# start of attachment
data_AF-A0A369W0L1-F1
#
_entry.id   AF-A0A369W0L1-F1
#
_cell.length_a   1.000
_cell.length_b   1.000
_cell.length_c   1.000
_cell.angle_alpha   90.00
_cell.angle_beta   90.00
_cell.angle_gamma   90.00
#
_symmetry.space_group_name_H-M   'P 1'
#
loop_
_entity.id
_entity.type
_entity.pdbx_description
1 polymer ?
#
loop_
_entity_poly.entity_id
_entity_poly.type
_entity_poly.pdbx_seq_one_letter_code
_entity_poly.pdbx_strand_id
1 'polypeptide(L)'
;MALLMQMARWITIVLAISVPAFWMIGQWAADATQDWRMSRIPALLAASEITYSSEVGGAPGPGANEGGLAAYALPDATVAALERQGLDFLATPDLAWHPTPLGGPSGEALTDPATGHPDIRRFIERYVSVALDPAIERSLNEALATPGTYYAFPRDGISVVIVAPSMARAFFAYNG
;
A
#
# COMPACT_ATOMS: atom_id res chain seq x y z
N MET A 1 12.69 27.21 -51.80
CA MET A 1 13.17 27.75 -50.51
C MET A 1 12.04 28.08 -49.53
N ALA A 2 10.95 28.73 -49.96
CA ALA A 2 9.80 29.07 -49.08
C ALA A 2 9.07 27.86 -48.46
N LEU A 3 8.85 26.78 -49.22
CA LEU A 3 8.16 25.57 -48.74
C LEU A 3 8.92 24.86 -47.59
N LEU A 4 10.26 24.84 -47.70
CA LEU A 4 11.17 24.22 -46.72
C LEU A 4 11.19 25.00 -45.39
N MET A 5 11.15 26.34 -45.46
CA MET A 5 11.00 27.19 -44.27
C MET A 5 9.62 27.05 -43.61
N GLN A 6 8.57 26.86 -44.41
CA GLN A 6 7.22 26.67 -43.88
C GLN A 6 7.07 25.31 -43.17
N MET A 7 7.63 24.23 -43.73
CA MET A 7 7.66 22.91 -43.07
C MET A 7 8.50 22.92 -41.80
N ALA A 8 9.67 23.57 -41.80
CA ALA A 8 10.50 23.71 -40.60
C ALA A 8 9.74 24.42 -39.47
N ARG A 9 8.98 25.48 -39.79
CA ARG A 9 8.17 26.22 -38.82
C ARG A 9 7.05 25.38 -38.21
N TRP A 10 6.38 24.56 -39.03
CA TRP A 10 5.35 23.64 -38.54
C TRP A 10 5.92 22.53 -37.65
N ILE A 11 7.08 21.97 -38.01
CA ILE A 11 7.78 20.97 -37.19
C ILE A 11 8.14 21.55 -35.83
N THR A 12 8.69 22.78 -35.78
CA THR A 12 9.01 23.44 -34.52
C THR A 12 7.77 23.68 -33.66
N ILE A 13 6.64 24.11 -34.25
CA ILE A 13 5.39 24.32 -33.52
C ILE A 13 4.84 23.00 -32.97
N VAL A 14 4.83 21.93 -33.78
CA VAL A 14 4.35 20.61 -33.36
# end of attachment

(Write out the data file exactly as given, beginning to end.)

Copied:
data_AF-A0A369W0L1-F1
#
_entry.id   AF-A0A369W0L1-F1
#
_cell.length_a   1.000
_cell.length_b   1.000
_cell.length_c   1.000
_cell.angle_alpha   90.00
_cell.angle_beta   90.00
_cell.angle_gamma   90.00
#
_symmetry.space_group_name_H-M   'P 1'
#
loop_
_entity.id
_entity.type
_entity.pdbx_description
1 polymer ?
#
loop_
_entity_poly.entity_id
_entity_poly.type
_entity_poly.pdbx_seq_one_letter_code
_entity_poly.pdbx_strand_id
1 'polypeptide(L)'
;MALLMQMARWITIVLAISVPAFWMIGQWAADATQDWRMSRIPALLAASEITYSSEVGGAPGPGANEGGLAAYALPDATVAALERQGLDFLATPDLAWHPTPLGGPSGEALTDPATGHPDIRRFIERYVSVALDPAIERSLNEALATPGTYYAFPRDGISVVIVAPSMARAFFAYNG
;
A
#
# COMPACT_ATOMS: atom_id res chain seq x y z
N MET A 1 12.69 27.21 -51.80
CA MET A 1 13.17 27.75 -50.51
C MET A 1 12.04 28.08 -49.53
N ALA A 2 10.95 28.73 -49.96
CA ALA A 2 9.80 29.07 -49.08
C ALA A 2 9.07 27.86 -48.46
N LEU A 3 8.85 26.78 -49.22
CA LEU A 3 8.16 25.57 -48.74
C LEU A 3 8.92 24.86 -47.59
N LEU A 4 10.26 24.84 -47.70
CA LEU A 4 11.17 24.22 -46.72
C LEU A 4 11.19 25.00 -45.39
N MET A 5 11.15 26.34 -45.46
CA MET A 5 11.00 27.19 -44.27
C MET A 5 9.62 27.05 -43.61
N GLN A 6 8.57 26.86 -44.41
CA GLN A 6 7.22 26.67 -43.88
C GLN A 6 7.07 25.31 -43.17
N MET A 7 7.63 24.23 -43.73
CA MET A 7 7.66 22.91 -43.07
C MET A 7 8.50 22.92 -41.80
N ALA A 8 9.67 23.57 -41.80
CA ALA A 8 10.50 23.71 -40.60
C ALA A 8 9.74 24.42 -39.47
N ARG A 9 8.98 25.48 -39.79
CA ARG A 9 8.17 26.22 -38.82
C ARG A 9 7.05 25.38 -38.21
N TRP A 10 6.38 24.56 -39.03
CA TRP A 10 5.35 23.64 -38.54
C TRP A 10 5.92 22.53 -37.65
N ILE A 11 7.08 21.97 -38.01
CA ILE A 11 7.78 20.97 -37.19
C ILE A 11 8.14 21.55 -35.83
N THR A 12 8.69 22.78 -35.78
CA THR A 12 9.01 23.44 -34.52
C THR A 12 7.77 23.68 -33.66
N ILE A 13 6.64 24.11 -34.25
CA ILE A 13 5.39 24.32 -33.52
C ILE A 13 4.84 23.00 -32.97
N VAL A 14 4.83 21.93 -33.78
CA VAL A 14 4.35 20.61 -33.36